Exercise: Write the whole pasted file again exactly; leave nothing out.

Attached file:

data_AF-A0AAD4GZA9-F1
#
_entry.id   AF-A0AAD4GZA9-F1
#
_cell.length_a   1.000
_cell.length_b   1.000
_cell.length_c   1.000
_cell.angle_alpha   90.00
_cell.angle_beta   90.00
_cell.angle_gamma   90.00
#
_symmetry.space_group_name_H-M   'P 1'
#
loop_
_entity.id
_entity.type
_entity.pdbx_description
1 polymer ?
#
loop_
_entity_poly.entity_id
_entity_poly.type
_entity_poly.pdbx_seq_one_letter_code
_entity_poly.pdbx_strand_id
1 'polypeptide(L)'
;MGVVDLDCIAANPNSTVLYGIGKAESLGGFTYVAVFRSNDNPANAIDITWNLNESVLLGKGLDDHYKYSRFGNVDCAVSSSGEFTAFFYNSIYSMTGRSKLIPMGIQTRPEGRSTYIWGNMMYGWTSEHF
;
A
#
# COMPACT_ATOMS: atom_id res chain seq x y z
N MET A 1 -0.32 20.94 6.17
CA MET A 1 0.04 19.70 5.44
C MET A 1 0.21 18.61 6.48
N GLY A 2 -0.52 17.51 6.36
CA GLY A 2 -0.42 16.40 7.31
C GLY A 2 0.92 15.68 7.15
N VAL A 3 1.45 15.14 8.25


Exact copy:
data_AF-A0AAD4GZA9-F1
#
_entry.id   AF-A0AAD4GZA9-F1
#
_cell.length_a   1.000
_cell.length_b   1.000
_cell.length_c   1.000
_cell.angle_alpha   90.00
_cell.angle_beta   90.00
_cell.angle_gamma   90.00
#
_symmetry.space_group_name_H-M   'P 1'
#
loop_
_entity.id
_entity.type
_entity.pdbx_description
1 polymer ?
#
loop_
_entity_poly.entity_id
_entity_poly.type
_entity_poly.pdbx_seq_one_letter_code
_entity_poly.pdbx_strand_id
1 'polypeptide(L)'
;MGVVDLDCIAANPNSTVLYGIGKAESLGGFTYVAVFRSNDNPANAIDITWNLNESVLLGKGLDDHYKYSRFGNVDCAVSSSGEFTAFFYNSIYSMTGRSKLIPMGIQTRPEGRSTYIWGNMMYGWTSEHF
;
A
#
# COMPACT_ATOMS: atom_id res chain seq x y z
N MET A 1 -0.32 20.94 6.17
CA MET A 1 0.04 19.70 5.44
C MET A 1 0.21 18.61 6.48
N GLY A 2 -0.52 17.51 6.36
CA GLY A 2 -0.42 16.40 7.31
C GLY A 2 0.92 15.68 7.15
N VAL A 3 1.45 15.14 8.25